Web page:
Sometimes, the timing isn’t right and you’re forced to tell someone over text or in a rush. I have had this happen multiple times. I sent a text telling a friend for the first time that I had this major disease, I wouldn’t be in class for a week, and would appreciate them sending me their notes. Wow, way to drop a bomb, Ash! Although this isn’t ideal because it leaves the person guessing, I recommend being willing to offer more information at a later date upon request. Remember, the person you are telling does not know any better than you how to handle this delicate situation and may not want to push their boundaries or feel as if they are meddling into your personal life. A great way to spread awareness and establish comfort with uncomfortable topics is through confident communication. Practice makes perfect!

Follow this journey on Gut Honest: Life With Crohn’s Disease.

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One year, four hospitalizations, two surgeries, countless missed life experiences. When people find out I am chronically ill, they have a difficult time understanding the severity of my disease, mostly because I appear completely healthy. I suppose that is more of a blessing than a curse because I am allotted discretion as to who knows about my secret struggle and to what degree. But six years after my initial diagnosis, I am finally ready to bring the truth public, because there is no sense in hiding something that has been largely responsible for the person I have become.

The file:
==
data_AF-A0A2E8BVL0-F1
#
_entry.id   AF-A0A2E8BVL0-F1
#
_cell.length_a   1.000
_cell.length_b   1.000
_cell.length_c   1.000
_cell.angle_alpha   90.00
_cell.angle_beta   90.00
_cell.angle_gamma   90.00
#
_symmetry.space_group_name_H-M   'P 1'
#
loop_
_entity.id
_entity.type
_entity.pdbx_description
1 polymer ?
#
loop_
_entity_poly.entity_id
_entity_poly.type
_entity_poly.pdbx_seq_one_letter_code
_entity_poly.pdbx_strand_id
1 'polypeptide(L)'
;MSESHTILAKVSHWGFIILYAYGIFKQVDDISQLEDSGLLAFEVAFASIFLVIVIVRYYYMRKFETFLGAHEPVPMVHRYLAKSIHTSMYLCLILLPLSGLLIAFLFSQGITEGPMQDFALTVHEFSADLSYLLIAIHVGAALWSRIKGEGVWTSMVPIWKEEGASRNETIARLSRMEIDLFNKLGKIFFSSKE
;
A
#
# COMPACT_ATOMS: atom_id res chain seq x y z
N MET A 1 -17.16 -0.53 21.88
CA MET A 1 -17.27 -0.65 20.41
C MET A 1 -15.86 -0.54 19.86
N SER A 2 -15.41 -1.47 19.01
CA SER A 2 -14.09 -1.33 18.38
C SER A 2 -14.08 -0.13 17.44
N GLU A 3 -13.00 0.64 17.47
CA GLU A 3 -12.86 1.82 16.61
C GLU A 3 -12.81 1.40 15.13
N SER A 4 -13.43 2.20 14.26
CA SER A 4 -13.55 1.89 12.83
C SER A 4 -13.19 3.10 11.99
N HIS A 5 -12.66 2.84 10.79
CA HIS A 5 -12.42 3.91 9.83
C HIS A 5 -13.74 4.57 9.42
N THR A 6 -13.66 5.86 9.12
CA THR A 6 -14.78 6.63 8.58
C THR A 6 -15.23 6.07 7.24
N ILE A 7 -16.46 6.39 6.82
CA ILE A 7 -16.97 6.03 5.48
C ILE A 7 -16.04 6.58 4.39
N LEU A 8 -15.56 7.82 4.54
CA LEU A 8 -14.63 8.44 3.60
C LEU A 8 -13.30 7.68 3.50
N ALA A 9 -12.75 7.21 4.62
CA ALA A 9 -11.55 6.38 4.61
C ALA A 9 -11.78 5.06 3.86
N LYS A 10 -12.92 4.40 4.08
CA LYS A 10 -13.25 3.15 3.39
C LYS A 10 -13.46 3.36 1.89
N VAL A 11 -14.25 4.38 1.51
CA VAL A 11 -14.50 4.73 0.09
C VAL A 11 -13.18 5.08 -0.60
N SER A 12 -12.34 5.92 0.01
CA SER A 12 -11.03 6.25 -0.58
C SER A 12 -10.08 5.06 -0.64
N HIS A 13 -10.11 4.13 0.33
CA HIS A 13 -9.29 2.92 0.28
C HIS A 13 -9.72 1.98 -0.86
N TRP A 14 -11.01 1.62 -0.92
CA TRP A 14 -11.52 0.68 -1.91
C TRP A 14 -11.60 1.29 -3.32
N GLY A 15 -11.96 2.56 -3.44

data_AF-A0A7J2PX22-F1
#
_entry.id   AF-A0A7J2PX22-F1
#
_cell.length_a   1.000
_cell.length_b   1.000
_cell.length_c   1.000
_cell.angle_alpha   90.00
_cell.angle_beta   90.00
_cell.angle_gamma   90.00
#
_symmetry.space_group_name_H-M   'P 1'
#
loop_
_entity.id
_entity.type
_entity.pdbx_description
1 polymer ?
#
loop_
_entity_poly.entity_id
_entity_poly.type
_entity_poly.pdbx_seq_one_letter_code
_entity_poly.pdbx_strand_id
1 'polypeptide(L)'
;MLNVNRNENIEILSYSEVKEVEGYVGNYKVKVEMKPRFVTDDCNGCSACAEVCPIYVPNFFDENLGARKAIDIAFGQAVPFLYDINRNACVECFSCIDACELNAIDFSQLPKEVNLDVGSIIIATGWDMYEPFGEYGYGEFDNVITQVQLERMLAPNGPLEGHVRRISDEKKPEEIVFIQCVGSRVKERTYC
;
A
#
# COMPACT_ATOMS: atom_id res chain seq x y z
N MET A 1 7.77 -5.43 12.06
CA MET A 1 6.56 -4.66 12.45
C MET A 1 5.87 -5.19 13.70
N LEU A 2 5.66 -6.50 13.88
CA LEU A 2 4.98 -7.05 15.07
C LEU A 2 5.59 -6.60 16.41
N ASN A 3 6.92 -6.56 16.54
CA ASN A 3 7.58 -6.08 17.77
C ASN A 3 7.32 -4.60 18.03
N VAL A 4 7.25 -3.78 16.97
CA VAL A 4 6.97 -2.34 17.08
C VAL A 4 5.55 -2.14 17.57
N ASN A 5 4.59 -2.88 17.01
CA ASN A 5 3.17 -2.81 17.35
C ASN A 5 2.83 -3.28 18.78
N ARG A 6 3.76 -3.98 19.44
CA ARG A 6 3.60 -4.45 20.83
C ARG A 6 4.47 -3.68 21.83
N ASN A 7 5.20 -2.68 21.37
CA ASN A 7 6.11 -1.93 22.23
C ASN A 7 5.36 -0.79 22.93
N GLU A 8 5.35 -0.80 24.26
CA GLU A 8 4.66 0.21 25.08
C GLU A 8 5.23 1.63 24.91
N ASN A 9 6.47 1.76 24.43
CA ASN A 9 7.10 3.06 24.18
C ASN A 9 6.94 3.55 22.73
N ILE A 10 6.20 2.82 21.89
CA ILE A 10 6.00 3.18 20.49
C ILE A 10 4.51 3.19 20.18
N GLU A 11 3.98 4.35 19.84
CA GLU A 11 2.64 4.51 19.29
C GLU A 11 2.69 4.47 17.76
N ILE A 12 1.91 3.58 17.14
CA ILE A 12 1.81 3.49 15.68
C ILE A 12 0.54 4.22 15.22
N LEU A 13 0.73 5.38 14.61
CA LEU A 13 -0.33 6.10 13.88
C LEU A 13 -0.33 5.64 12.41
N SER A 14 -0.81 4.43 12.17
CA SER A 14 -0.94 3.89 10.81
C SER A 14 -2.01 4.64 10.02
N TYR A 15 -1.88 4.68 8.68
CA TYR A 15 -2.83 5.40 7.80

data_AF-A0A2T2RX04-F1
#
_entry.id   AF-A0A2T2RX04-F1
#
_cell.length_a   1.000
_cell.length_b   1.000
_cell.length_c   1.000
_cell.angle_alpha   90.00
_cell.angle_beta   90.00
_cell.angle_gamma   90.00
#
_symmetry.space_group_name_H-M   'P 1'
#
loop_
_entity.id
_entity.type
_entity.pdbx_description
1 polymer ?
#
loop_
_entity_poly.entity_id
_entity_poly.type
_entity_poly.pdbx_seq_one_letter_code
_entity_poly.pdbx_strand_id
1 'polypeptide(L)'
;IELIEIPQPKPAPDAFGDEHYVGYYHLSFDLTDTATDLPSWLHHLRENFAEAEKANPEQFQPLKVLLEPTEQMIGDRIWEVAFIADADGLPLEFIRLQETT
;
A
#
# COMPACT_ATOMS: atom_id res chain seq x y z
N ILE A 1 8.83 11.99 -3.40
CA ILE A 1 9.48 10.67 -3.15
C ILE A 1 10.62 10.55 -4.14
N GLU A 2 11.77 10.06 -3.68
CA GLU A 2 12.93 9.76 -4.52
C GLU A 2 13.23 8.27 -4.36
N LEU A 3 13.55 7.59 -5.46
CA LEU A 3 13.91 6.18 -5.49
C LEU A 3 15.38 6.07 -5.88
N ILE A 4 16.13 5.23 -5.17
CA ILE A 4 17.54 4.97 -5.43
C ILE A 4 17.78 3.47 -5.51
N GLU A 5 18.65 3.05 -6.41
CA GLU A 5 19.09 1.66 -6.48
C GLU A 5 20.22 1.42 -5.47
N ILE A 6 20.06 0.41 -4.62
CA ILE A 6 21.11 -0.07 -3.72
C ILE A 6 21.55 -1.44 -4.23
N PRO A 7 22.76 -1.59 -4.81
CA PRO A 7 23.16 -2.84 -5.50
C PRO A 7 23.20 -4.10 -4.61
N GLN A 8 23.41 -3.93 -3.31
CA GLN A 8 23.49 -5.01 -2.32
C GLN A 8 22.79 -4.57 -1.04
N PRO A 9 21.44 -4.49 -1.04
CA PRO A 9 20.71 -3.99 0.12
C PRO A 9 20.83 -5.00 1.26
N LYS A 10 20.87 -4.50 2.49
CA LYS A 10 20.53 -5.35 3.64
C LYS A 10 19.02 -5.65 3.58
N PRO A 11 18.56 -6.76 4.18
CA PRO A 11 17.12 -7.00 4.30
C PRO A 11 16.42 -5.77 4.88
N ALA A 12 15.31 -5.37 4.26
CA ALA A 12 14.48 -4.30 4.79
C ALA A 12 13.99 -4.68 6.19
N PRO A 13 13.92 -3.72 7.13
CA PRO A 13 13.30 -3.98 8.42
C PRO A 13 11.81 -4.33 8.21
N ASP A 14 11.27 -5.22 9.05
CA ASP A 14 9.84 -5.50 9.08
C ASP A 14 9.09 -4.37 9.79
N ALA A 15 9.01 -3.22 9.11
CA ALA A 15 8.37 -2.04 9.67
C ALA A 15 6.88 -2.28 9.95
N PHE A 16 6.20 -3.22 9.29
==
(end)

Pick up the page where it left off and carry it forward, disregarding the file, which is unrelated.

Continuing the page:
I have Crohn’s disease. To summarize, I have a suppressed immune system, daily pain, fatigue, inflammation, rectal bleeding, sporadic painful lumps on my legs, joint pain, occasional anemia, limited energy and I develop abscesses and fistulas. This translates directly to: I skip out on plans, lose friendships often, nap constantly, know where the restroom is in every public place, am extremely reserved and am tough as nails. What I have been through because of my disease has changed my personality and outlook on life entirely. I no longer worry about the little things in life, deal with drama, or focus on that which I cannot change, because I realize there are way more important things I need to devote my limited energy to. My priorities have shifted to place my health above all else, which does not fare well socially.